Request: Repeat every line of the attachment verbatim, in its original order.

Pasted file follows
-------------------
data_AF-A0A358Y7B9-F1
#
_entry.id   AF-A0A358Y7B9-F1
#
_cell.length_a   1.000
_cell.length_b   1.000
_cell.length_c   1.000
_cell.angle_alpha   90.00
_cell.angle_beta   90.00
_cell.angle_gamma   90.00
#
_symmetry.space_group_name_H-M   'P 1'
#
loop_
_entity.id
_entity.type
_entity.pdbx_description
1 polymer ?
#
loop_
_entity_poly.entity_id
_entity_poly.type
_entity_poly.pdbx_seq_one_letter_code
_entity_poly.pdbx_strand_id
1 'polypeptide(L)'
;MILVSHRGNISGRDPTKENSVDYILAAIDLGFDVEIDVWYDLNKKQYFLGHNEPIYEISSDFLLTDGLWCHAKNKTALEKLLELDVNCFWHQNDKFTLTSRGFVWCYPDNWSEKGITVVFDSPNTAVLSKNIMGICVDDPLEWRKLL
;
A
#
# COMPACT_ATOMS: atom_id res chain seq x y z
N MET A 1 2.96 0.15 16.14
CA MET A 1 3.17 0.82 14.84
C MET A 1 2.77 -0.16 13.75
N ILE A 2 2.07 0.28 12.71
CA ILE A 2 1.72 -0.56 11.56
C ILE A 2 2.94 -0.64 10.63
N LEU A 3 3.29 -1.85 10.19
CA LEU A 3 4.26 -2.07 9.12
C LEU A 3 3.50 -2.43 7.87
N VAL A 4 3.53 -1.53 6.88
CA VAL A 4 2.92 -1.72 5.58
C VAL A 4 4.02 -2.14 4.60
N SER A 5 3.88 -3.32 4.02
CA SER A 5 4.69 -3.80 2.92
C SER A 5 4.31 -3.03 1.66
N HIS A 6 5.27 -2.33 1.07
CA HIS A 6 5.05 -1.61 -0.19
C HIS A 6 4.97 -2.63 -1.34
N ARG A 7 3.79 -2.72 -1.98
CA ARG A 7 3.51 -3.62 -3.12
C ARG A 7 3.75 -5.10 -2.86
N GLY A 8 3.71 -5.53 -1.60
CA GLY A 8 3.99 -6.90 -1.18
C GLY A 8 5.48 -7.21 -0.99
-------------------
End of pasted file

data_AF-A0A358Y7B9-F1
#
_entry.id   AF-A0A358Y7B9-F1
#
_cell.length_a   1.000
_cell.length_b   1.000
_cell.length_c   1.000
_cell.angle_alpha   90.00
_cell.angle_beta   90.00
_cell.angle_gamma   90.00
#
_symmetry.space_group_name_H-M   'P 1'
#
loop_
_entity.id
_entity.type
_entity.pdbx_description
1 polymer ?
#
loop_
_entity_poly.entity_id
_entity_poly.type
_entity_poly.pdbx_seq_one_letter_code
_entity_poly.pdbx_strand_id
1 'polypeptide(L)'
;MILVSHRGNISGRDPTKENSVDYILAAIDLGFDVEIDVWYDLNKKQYFLGHNEPIYEISSDFLLTDGLWCHAKNKTALEKLLELDVNCFWHQNDKFTLTSRGFVWCYPDNWSEKGITVVFDSPNTAVLSKNIMGICVDDPLEWRKLL
;
A
#
# COMPACT_ATOMS: atom_id res chain seq x y z
N MET A 1 2.96 0.15 16.14
CA MET A 1 3.17 0.82 14.84
C MET A 1 2.77 -0.16 13.75
N ILE A 2 2.07 0.28 12.71
CA ILE A 2 1.72 -0.56 11.56
C ILE A 2 2.94 -0.64 10.63
N LEU A 3 3.29 -1.85 10.19
CA LEU A 3 4.26 -2.07 9.12
C LEU A 3 3.50 -2.43 7.87
N VAL A 4 3.53 -1.53 6.88
CA VAL A 4 2.92 -1.72 5.58
C VAL A 4 4.02 -2.14 4.60
N SER A 5 3.88 -3.32 4.02
CA SER A 5 4.69 -3.80 2.92
C SER A 5 4.31 -3.03 1.66
N HIS A 6 5.27 -2.33 1.07
CA HIS A 6 5.05 -1.61 -0.19
C HIS A 6 4.97 -2.63 -1.34
N ARG A 7 3.79 -2.72 -1.98
CA ARG A 7 3.51 -3.62 -3.12
C ARG A 7 3.75 -5.10 -2.86
N GLY A 8 3.71 -5.53 -1.60
CA GLY A 8 3.99 -6.90 -1.18
C GLY A 8 5.48 -7.21 -0.99